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Here’s the Money Advice I Wish Someone Had Given Me

insta_photos / Getty Images/iStockphoto

insta_photos / Getty Images/iStockphoto

Many people view retirement as the day they’ll be able to kiss their job goodbye and live life at a more relaxed pace. However, if you don’t take steps to ensure that your retirement savings and investments are on track with your goals annually, leaving your job behind might come a lot later than you’d like.

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Find out what money advice people on the verge of retirement wish someone had given them when they were younger, and see if it makes sense for your situation.

Get Life and Health Insurance Early in Life

Wayne Bechtol is a certified finance professional and board advisor at Fiona who is planning to retire in a few years. He said, “I did not know the benefits of insuring life and health early in life. By the time I realized its importance, I was past 30. Therefore, I lost out on the best years of life when the premiums would have been considerably lower if I had insurance during my 20s.”

Plan for the Unexpected

“Now that I’m about to retire, I realize how illness can become a major expense in later life,” said Karen Hoyt, author of “The Liver Loving Diet.”

She continued, “I certainly didn’t realize how a catastrophic diagnosis could hinder my retirement plans. While battling cancer, I lived on the edge financially for a few years. Thankfully, I was able to transition back into a career that I enjoy. Now, I plan on teaching for a few more years. I hear from many liver disease patients who get caught in a health crisis. Their retirement may get put on hold, or they are unable to pay for even the most basic medical needs. I wish someone had told me how to plan for a catastrophic illness.”

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Understand the Benefits of Compounding Interest

Bechtol also admitted that he did not know the advantages of compounding earlier in life and only realized it later when he started advising people on tax management issues. “If I had known the benefits of compounding earlier, my outflow toward retirement savings would have been lower,” he said. “Alternatively, my retirement corpus could have been heavier if I had started investing early.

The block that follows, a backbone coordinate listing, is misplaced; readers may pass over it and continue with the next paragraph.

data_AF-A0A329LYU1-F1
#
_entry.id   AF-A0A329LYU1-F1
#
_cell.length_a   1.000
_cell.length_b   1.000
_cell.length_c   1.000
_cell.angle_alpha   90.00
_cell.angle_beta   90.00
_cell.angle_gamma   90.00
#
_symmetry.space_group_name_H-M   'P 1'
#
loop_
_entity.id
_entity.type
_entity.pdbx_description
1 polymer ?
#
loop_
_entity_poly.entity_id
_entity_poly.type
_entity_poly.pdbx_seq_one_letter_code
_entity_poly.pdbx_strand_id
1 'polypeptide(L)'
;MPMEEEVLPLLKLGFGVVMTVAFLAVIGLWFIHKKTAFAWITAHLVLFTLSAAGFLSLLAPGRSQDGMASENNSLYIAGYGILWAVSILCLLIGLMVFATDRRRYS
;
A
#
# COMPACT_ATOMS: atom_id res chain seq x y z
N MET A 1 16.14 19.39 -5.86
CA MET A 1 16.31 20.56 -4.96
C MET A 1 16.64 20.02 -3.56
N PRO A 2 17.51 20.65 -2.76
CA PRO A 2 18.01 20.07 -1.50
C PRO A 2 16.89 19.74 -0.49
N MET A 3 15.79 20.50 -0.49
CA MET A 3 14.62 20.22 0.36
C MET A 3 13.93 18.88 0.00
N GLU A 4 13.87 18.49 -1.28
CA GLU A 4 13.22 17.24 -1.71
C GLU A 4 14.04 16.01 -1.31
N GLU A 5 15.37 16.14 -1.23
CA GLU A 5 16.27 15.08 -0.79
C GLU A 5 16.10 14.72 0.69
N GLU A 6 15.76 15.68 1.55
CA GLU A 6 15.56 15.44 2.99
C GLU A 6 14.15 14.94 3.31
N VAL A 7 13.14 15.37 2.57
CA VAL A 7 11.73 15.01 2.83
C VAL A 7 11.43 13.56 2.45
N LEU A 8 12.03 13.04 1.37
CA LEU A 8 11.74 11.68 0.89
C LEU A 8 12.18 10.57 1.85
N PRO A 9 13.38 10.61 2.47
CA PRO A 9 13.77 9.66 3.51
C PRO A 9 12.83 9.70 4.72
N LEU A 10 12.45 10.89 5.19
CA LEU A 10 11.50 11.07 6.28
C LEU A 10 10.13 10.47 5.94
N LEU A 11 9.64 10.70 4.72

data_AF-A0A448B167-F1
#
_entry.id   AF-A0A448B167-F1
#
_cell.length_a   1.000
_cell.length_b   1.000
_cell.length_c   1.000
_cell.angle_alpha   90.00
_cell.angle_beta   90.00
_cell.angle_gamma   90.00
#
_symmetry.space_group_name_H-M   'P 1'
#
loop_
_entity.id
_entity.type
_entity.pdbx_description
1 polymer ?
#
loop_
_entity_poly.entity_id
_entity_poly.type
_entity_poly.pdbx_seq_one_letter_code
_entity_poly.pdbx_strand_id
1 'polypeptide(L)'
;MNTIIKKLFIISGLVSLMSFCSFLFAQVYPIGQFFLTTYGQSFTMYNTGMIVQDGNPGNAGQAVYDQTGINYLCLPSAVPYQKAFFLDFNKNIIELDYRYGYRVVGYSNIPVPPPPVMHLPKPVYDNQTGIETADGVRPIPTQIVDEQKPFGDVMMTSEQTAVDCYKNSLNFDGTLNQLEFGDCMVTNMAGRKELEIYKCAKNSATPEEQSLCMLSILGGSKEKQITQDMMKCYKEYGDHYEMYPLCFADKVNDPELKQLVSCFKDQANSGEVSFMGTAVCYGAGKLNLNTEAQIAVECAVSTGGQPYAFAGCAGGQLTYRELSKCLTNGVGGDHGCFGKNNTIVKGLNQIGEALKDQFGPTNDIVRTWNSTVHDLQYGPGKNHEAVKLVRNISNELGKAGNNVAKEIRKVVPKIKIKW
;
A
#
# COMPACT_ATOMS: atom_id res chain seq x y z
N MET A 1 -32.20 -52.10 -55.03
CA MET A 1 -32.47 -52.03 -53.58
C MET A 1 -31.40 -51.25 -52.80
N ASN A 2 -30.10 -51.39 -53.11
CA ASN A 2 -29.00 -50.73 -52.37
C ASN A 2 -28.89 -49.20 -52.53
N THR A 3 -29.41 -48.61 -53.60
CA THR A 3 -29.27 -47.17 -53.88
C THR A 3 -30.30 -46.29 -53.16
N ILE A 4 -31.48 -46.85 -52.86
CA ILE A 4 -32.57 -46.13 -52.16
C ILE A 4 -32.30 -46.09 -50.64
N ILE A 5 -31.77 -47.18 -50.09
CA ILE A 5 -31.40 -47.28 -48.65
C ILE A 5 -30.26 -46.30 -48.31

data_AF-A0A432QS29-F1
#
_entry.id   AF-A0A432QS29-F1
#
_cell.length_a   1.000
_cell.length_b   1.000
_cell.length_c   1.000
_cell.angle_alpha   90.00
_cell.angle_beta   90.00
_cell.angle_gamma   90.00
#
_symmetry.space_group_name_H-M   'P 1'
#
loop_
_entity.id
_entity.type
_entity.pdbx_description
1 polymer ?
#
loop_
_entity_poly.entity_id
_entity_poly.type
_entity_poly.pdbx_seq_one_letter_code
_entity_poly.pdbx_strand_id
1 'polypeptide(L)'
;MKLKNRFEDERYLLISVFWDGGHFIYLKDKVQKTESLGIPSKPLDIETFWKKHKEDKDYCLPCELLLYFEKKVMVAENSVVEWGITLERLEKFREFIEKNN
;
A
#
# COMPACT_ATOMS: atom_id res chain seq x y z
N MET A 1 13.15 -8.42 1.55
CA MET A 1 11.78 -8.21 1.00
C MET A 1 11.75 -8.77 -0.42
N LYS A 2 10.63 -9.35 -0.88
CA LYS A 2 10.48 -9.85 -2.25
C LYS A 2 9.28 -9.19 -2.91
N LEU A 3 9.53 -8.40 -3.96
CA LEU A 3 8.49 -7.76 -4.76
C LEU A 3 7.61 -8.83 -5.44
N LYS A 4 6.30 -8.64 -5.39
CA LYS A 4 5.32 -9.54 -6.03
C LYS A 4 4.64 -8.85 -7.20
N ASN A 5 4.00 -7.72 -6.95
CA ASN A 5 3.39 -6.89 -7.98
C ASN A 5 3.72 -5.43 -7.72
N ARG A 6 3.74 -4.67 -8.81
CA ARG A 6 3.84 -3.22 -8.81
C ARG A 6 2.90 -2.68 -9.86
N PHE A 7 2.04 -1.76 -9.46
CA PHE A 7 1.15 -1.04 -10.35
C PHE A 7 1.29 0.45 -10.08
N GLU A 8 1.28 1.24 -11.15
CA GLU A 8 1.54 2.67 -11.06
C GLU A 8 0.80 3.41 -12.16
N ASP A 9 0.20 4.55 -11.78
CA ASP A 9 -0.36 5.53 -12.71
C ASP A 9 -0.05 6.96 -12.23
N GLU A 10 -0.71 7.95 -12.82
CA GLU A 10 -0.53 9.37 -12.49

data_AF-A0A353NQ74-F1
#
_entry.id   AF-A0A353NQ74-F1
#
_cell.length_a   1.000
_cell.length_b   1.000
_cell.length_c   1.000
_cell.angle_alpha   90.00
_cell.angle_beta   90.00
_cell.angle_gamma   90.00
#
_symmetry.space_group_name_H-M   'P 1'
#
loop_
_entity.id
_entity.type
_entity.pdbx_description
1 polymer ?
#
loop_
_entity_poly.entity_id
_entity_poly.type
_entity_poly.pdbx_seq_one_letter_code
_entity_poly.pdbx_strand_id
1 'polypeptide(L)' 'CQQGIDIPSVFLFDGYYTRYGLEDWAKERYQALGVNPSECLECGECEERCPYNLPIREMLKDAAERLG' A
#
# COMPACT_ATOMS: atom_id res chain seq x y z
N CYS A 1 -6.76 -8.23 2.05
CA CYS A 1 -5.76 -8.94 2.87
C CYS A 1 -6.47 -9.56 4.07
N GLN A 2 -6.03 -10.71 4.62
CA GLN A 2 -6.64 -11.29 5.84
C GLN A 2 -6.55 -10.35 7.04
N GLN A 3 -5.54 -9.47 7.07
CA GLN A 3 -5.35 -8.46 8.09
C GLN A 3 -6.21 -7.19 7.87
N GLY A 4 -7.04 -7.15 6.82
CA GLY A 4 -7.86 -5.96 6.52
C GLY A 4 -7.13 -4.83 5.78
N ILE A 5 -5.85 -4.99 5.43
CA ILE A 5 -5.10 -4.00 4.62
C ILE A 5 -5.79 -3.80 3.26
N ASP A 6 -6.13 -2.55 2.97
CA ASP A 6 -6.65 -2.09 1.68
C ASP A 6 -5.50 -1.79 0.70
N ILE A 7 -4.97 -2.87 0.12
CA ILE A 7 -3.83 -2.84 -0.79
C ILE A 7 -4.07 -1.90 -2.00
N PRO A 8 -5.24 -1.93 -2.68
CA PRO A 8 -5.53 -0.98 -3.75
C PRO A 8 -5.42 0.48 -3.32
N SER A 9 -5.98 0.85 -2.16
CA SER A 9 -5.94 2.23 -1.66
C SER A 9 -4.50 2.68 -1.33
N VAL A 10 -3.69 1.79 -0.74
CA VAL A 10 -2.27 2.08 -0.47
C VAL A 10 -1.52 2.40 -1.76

“Therefore, the best advice I give future generations is to start investing in life as early as possible because it is easy to save when you are younger with fewer social responsibilities. It helps build the savings habit that comfortably takes you through your retirement phase of life peacefully and comfortably.”

Supplement Your Paycheck With Passive Income

“That very concept of gradual retirement, and of supplementing your paycheck with passive income so you can transition to work you’re passionate about, is something I wish I understood earlier in my career,” said Brian Davis, a real estate investor and founder at SparkRental who is planning to reach financial independence and retire within the next few years in his mid-40s.

“Like most of us, I thought of financial independence and retirement as either/or, assuming that you need enough passive income to cover your living expenses. But after interviewing dozens of people who have retired early, I found that all of them went back to work in some capacity and ended up earning money doing work they’re passionate about, even if it pays less than their former high-stress job.”

He concluded, “So, you don’t need enough passive income to cover all your bills — you just need enough to cover the shortfall between what your dream work pays and your target budget.”

Invest in Private Equity Real Estate Syndications

“I also wish I’d discovered private equity real estate syndications earlier in my career,” said Davis. “They typically pay high returns, often 15%-30%, and come with all the benefits of direct real estate investing without the headaches of becoming a landlord. In fact, I use them to complement my stock investments in place of bonds.”

Make as Much Active Income as You Can While You’re Young

“When you pursue financial independence young, it frees you up to leave your money invested in higher risk investments that pay much higher returns,” said Davis. “Since you’re still young, you have the flexibility to add more active income (such as picking up a side gig) in a disaster scenario if all your investments crashed at the same time.”

David added, “But retired 70-year-olds have a much harder time adding income streams. In other words, you protect against sequence of returns risk with the flexibility of going back to work or adding another active income stream, which means you don’t need to move your money into low-risk, low-return investments like Treasury bonds, so your investments can keep compounding.”

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This article originally appeared on GOBankingRates.com: I’m About To Retire: Here’s the Money Advice I Wish Someone Had Given Me

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